Politics & Policy

Colorado

Might Colorado's school funding picture change?

Paul Teske is Dean and University of Colorado Distinguished Professor at the School of Public Affairs at the University of Colorado Denver. (These views represent the personal opinions of the author and may not reflect the position of the University of Colorado Denver or the University of Colorado system). As we start summer – the real, post-Memorial Day, school is out, summer – it is worth reflecting on the near-term future of education funding in Colorado. The legislature recently finished its session, which focused mainly upon budget cuts.  Both higher ed and K-12 took cuts, but in the end, these cuts were somewhat less than some feared (higher ed), or less than the original level of cuts (for K-12).  Remarkably, as the session ended, the fact that that cuts could have been worse seems to have been spun as mainly good news. EdNews recently linked to new U.S. Census data that ranks Colorado’s per pupil K-12 spending (all revenues divided by number of students) as 40th among the 51 states (including DC).  That 2008-9 data is now two academic years behind  – two years, by the way, full of deeper cuts in Colorado (and some cuts in some other states, too, to be sure).  Consistent with other data on this subject, the Census Bureau shows Colorado spending about $2,000 per pupil below the national average. I will leave it to others to figure out more precisely what $2,000 per pupil could buy.  It would seem, in a single class of 25 students, even if only two-thirds of funds were spent in the classroom, it would buy $33,000 worth of extra instruction for the students in that single classroom – a para-professional, lots of useful technological aides, or whatever students need most. READ THE REST OF THIS STORY IN THE BLOG ARCHIVE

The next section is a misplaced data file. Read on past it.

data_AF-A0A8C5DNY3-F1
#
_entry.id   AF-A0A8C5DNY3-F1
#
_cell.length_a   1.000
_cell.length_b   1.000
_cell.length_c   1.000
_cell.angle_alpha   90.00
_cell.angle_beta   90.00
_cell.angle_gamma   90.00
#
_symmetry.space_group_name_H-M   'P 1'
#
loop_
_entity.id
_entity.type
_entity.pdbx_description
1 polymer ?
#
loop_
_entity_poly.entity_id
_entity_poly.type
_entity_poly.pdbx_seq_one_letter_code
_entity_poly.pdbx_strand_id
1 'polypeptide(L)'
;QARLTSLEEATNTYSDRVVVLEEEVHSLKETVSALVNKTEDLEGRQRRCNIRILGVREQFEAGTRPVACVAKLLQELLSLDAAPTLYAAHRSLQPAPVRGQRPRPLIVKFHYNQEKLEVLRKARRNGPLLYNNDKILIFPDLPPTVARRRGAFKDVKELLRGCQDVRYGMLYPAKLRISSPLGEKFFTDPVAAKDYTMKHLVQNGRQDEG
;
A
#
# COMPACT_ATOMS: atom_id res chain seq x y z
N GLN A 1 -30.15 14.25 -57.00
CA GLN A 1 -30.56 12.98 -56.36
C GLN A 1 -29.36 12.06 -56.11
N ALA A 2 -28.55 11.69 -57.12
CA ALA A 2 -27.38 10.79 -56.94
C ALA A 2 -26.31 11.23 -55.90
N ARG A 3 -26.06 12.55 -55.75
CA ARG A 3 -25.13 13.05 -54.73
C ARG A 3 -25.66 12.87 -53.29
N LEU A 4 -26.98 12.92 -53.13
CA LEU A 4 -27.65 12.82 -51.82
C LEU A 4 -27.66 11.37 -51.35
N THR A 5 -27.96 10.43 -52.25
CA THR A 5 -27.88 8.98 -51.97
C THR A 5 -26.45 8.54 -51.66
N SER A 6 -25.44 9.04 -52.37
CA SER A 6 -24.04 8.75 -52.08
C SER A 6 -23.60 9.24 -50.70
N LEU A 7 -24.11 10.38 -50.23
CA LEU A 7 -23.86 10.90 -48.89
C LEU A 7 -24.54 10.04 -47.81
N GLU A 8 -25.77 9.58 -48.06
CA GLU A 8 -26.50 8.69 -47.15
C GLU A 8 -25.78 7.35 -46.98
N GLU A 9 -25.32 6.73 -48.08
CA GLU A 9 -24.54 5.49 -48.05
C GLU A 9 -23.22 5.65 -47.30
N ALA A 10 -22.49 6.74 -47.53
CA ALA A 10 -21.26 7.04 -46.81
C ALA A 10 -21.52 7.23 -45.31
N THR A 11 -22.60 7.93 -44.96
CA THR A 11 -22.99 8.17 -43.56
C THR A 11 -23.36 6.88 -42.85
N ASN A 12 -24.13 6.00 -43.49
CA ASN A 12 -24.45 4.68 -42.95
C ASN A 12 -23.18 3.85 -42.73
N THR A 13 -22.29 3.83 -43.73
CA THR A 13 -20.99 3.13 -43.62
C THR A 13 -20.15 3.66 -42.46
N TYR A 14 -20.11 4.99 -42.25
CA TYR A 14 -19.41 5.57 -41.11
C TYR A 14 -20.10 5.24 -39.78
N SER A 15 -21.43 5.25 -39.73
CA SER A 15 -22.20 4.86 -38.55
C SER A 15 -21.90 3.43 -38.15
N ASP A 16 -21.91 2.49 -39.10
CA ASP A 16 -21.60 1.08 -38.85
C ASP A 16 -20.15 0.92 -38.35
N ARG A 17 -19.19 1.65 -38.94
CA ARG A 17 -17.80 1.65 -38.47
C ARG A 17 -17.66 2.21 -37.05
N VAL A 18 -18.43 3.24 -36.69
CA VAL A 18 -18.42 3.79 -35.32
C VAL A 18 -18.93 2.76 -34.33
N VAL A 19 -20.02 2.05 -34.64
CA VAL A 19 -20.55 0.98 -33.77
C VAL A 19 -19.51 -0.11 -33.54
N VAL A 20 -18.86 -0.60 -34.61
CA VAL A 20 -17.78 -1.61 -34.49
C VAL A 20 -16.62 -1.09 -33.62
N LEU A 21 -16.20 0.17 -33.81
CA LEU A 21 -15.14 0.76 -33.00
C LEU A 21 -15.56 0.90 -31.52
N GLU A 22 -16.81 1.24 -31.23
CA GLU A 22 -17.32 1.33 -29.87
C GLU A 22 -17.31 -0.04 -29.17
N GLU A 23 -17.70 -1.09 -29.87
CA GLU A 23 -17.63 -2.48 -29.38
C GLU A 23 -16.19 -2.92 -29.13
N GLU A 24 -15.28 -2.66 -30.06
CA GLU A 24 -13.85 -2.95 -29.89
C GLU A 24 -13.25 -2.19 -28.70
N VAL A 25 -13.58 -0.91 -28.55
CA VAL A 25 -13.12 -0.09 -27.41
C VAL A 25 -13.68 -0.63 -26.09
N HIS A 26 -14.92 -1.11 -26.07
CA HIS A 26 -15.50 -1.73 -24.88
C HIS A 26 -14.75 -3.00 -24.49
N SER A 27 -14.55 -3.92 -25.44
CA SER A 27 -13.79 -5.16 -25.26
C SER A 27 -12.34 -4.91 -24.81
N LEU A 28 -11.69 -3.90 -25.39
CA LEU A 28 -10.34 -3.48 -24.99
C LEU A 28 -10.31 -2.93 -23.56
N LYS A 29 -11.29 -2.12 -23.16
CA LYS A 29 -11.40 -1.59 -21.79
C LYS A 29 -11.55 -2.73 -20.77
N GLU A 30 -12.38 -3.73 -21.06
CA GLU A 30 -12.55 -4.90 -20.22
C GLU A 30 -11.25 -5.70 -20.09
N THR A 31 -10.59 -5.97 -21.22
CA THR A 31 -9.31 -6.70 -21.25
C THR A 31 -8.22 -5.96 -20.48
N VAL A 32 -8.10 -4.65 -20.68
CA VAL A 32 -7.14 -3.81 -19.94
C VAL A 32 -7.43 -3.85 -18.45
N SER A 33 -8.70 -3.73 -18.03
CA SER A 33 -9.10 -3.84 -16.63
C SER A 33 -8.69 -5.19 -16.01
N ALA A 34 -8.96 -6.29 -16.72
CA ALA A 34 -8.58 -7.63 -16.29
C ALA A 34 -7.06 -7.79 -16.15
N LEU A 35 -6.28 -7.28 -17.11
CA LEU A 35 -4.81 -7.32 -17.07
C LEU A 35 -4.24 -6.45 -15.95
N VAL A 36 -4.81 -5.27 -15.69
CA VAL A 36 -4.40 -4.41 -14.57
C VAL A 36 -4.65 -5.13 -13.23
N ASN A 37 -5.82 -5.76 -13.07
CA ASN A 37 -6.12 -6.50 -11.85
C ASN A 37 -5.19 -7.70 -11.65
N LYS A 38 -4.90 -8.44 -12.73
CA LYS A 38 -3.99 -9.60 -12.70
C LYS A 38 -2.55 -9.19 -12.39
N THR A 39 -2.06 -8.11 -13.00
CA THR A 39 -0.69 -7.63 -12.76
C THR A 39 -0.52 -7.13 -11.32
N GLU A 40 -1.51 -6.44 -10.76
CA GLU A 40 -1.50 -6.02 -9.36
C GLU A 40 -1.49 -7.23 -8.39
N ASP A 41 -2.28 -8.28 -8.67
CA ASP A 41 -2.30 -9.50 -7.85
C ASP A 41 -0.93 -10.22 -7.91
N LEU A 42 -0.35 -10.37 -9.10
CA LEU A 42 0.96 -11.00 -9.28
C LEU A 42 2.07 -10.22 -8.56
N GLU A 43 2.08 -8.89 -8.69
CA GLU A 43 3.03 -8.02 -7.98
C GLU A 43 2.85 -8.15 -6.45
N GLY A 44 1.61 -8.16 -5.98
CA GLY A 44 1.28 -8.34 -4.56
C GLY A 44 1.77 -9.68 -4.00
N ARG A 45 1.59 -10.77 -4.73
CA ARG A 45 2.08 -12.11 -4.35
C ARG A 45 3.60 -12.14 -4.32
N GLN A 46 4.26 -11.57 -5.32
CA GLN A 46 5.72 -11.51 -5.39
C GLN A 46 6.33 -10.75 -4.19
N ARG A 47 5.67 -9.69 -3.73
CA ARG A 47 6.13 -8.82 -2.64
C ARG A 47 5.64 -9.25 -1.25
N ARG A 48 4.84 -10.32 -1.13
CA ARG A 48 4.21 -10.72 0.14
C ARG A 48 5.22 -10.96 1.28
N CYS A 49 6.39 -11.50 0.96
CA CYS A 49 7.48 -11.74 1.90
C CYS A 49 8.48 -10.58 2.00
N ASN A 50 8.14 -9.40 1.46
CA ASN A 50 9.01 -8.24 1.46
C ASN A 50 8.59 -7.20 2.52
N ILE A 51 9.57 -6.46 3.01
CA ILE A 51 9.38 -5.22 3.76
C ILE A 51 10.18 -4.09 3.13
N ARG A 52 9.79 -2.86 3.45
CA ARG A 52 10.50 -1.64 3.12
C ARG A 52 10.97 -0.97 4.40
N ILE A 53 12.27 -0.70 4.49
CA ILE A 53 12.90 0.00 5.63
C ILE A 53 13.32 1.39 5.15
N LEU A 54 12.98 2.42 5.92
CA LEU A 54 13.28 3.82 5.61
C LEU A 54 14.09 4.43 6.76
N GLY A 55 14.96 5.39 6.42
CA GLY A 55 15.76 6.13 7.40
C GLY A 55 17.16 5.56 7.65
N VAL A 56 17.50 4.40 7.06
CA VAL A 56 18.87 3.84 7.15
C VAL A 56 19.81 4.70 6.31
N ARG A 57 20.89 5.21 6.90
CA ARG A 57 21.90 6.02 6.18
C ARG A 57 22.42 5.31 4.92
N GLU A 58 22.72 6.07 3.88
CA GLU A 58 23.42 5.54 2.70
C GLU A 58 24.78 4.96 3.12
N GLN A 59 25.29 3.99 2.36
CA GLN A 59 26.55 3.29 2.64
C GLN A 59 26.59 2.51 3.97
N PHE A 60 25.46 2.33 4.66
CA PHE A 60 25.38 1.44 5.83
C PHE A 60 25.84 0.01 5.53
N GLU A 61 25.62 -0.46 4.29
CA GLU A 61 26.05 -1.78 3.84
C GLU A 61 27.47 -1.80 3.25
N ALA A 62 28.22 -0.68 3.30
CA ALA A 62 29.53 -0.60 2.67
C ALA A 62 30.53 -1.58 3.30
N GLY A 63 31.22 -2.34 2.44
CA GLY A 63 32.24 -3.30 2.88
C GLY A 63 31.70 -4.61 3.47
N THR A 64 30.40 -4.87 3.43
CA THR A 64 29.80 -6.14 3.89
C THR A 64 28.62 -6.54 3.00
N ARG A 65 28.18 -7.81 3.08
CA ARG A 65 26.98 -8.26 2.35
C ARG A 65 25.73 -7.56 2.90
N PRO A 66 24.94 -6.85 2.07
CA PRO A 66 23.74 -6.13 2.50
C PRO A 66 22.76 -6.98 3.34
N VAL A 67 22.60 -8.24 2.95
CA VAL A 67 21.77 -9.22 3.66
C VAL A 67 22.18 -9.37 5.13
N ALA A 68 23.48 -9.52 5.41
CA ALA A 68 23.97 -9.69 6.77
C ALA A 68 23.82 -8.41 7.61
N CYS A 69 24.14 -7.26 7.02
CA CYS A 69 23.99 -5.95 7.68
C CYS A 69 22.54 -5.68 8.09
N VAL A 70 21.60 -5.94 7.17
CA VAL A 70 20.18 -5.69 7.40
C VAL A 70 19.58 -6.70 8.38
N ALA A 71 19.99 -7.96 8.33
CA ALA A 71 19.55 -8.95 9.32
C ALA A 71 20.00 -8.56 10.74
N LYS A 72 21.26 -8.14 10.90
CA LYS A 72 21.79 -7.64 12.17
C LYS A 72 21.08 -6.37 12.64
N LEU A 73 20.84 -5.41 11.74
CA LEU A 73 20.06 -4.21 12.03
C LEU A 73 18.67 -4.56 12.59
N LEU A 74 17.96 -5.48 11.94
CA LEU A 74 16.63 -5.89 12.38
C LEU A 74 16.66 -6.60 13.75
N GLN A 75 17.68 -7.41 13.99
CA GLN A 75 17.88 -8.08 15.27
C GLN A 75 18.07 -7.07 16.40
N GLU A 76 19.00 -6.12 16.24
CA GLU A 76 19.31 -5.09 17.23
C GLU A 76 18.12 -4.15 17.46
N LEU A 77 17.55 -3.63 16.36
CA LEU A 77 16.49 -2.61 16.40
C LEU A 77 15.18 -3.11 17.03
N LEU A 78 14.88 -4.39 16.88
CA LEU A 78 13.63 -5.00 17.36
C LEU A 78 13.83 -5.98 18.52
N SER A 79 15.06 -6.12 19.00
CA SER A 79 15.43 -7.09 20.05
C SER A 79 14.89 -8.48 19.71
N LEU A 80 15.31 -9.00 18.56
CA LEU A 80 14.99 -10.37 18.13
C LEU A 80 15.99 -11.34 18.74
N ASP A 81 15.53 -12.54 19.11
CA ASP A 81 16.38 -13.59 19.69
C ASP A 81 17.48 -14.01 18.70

New York

Bronx students demand support to turn around their school

Students at Samuel Gompers High School in the South Bronx held a protest march today to ask for more support for their struggling school. (Patrick Wall) Students at a South Bronx high school staged a march today to demand that the city seek more federal support to improve their school. The students, who attend Samuel Gompers High School, have a specific improvement model in mind: the "re-start" option that is one of four models districts can follow in order to receive federal school turnaround funding. Gompers is one of nine poorly performing high schools that are eligible for the federal help, but are not part of the city's application for federal turnaround grants. Twenty-two other schools are receiving the grants, and 11 schools are already working with federal grants under the "transformation" improvement model. “Why hasn’t the DOE given the grants to all the schools?” Gompers sophomore Sony Cabral asked at the rally. “They’re setting us up for failure.” The students ended their march, which attracted about two dozen students, at the nearby Banana Kelly High School, one of the schools slated to receive the restart funding. The city chose schools for the restart plan that it felt showed signs of improvement and enough leadership capacity to work with outside organizations to make serious adjustments, said Department of Education spokesperson Jack Zarin-Rosenfeld. “The schools we didn’t choose for restart just did not have the type of leadership and staff in place that we felt could effectively team up with an educational partnership organization,” said Zarin-Rosenfeld. School officials said that the nine schools that are not part of the city's turnaround application will still get some support. The city Department of Education is adding an extra $300,000 to their budgets and offering help from teams in the Children's First networks, which support schools with a range of needs from professional development to budgeting.